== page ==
James Mitchell Crow

James Mitchell Crow

James Mitchell Crow is an organic chemist by training.

He began his science journalism career in 2007 at Chemistry World, where he was shortlisted for several awards, including Features Writer of the Year at the UK Magazine Design and Journalism Awards. In 2009 he joined New Scientist in London as a features editor. In 2010 he moved to Australia and wrote freelance for several years, for publications including New Scientist and Nature, before joining COSMOS magazine as deputy editor. After 3 years at COSMOS, during which time he won the Crawford Fund Journalism Award, James returned to freelance science writing in 2016.

  • Thunderstorm
    Feature

    A lightning burst of chemistry

    2022-07-12T09:57:00

    Trying to understand the chemistry that occurs around immensely powerful but short-lived lightning bolts is a feat in itself. James Mitchell Crow looks for a flash of inspiration

  • Bioorthogonal chemistry
    Feature

    The bioorthogonal revolution

    2022-05-30T08:39:00

    A set of reactions operating silently inside live cells or whole animals are lighting up chemical biology and inspiring new medicines, James Mitchell Crow finds

  • An image showing electrosynthesis
    Feature

    Wiring up organic synthesis

    2022-01-10T10:38:00

    James Mitchell Crow talks to the organic chemists using electrochemistry to add or remove electrons to their molecules at the flick of a switch

  • An image showing a cell transplantation device and fluorescent cells
    Feature

    Keeping cell therapy under wraps

    2021-11-29T09:30:00

    Materials to safely encapsulate transplanted cells for could enable a revolution in the treatment of diabetes and a wide range of other diseases. James Mitchell Crow reports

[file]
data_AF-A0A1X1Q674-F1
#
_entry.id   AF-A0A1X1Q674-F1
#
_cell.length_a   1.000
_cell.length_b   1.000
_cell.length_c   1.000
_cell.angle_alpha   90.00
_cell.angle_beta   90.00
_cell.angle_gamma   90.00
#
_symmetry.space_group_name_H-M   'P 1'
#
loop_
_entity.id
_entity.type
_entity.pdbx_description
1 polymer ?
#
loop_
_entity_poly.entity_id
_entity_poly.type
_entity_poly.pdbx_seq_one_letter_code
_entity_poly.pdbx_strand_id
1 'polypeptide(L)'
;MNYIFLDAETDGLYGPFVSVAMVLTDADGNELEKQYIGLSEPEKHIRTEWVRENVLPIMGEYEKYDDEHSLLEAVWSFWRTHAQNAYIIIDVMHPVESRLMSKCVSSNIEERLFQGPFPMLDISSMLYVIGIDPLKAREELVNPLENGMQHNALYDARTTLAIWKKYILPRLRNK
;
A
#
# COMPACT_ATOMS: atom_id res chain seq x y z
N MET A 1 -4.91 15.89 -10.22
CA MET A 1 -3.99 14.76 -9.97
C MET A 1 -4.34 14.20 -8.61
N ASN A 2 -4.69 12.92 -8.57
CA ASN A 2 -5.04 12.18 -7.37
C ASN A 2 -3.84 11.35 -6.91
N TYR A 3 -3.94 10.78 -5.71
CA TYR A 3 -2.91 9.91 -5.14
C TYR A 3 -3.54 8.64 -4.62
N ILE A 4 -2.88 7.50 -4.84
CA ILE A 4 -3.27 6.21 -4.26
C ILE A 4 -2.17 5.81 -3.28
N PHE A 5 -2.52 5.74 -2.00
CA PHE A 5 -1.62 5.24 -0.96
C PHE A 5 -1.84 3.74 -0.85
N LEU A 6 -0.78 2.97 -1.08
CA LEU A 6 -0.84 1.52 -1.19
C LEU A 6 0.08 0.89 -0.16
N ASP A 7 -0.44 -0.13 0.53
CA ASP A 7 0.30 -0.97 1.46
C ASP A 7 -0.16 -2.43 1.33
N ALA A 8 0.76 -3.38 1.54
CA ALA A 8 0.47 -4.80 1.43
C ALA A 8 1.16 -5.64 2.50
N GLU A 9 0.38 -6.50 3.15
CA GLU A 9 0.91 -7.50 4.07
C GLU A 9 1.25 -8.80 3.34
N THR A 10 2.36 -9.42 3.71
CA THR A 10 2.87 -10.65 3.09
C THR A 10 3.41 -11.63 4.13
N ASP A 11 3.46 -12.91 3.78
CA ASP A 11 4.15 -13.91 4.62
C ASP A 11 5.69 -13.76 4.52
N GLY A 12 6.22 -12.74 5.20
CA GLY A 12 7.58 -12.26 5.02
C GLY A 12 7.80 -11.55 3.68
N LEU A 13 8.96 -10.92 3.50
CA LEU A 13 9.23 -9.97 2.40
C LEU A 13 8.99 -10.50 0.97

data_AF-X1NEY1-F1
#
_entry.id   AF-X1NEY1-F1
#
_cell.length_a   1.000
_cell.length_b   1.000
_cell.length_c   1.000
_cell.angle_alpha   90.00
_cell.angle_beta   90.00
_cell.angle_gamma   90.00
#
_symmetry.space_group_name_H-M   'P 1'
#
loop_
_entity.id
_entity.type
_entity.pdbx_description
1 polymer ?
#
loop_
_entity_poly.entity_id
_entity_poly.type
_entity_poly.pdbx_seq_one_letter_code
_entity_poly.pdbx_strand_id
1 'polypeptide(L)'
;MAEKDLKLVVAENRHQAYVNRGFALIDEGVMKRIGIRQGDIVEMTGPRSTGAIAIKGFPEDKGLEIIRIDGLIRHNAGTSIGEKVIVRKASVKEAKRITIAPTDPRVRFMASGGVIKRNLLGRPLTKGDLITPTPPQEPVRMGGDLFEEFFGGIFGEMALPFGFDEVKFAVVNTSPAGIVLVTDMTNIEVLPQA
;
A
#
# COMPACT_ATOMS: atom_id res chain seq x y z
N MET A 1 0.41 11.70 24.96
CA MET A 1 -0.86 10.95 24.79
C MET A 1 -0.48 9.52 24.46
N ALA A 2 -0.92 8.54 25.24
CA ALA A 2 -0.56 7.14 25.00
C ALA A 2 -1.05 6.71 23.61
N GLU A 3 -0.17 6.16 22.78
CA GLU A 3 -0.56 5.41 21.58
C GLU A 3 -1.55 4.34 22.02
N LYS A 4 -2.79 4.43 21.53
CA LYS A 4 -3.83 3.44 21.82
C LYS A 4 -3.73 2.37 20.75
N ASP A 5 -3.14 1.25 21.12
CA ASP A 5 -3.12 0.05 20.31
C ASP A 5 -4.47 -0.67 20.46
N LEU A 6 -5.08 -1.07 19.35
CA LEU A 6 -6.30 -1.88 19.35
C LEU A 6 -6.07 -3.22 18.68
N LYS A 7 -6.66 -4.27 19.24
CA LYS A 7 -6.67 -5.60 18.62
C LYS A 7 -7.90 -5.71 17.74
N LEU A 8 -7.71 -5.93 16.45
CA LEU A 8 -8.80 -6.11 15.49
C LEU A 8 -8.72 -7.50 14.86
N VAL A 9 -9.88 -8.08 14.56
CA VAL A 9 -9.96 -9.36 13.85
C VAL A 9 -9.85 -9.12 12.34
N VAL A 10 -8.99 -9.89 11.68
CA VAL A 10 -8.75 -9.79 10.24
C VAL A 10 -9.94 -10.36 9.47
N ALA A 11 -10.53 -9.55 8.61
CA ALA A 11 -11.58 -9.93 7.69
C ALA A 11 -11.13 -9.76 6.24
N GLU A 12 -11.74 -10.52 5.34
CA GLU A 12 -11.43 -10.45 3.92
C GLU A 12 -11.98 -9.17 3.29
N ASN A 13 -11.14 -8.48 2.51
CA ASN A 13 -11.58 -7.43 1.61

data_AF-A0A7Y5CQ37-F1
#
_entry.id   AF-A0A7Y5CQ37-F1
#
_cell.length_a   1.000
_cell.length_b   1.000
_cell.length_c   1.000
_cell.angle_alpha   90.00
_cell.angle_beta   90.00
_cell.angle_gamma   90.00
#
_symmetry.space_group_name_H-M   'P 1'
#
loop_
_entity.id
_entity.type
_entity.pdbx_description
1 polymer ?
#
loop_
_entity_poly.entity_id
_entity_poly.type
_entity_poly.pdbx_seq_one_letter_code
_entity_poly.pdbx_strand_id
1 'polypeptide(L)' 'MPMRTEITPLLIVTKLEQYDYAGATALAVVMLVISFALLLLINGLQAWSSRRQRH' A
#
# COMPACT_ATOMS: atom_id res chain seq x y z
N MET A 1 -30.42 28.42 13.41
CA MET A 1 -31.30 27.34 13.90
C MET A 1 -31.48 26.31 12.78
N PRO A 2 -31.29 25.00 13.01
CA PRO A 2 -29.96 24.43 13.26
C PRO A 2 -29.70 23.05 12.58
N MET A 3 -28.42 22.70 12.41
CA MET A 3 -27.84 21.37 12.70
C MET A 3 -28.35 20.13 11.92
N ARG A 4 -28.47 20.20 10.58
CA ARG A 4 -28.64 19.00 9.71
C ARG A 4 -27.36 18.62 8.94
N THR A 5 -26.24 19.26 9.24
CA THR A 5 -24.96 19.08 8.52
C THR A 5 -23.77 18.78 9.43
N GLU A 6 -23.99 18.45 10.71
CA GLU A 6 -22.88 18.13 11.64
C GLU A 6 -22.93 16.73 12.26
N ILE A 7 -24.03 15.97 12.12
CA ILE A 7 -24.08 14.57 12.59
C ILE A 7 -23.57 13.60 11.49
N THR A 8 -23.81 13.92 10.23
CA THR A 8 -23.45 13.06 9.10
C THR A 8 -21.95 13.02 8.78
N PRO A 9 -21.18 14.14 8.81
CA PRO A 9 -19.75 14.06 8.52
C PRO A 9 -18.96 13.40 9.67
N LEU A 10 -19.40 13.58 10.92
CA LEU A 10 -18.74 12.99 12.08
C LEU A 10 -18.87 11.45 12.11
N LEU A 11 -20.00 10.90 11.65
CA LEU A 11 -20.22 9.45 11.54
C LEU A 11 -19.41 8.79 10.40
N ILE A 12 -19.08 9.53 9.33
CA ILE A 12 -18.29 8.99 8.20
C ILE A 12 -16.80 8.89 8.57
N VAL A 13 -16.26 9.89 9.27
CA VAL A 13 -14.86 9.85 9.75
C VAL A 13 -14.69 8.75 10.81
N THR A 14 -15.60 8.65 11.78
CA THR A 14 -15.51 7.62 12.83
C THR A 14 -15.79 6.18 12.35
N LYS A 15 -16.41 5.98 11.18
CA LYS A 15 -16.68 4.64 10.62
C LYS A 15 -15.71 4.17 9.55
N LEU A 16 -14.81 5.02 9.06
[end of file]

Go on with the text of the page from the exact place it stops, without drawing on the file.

• An illustration showing supermetals vs superbugs
    Feature

    Supermetals versus superbugs

    2021-06-21T09:01:00

    With pathogenic bacteria rapidly overcoming our arsenal of organic antibiotics, James Mitchell Crow asks if it is time to revisit metal-based antimicrobials

  • An illustration showing a sundial with the gnomon pointing at a recycling symbol
    Feature

    Sustainable solar power

    2021-03-01T10:11:00

    Getting energy from the sun isn’t renewable until the panels are recyclable. James Mitchell Crow talks to the scientists making it happen

  • An image showing ammonia synthesis
    Feature

    Ammonia synthesis goes electric

    2020-08-17T09:23:00

    James Mitchell Crow finds that the outlook for renewables-powered electrochemical ammonia production is beginning to brighten

  • An illustration showing metalloenzymes
    Feature

    Metalloenzyme mastery

    2020-06-29T09:34:00

    There are natural metalloenzymes that make difficult chemistry look easy. James Mitchell Crow talks to the bioinorganic chemists figuring out how to copy them

  • A vintage-style poster showing sustainable labs
    Feature

    Sustainable lab buildings

    2020-03-09T09:57:00

    After a decade of grassroots growth, the laboratory sustainability movement is bursting into the mainstream finds James Mitchell Crow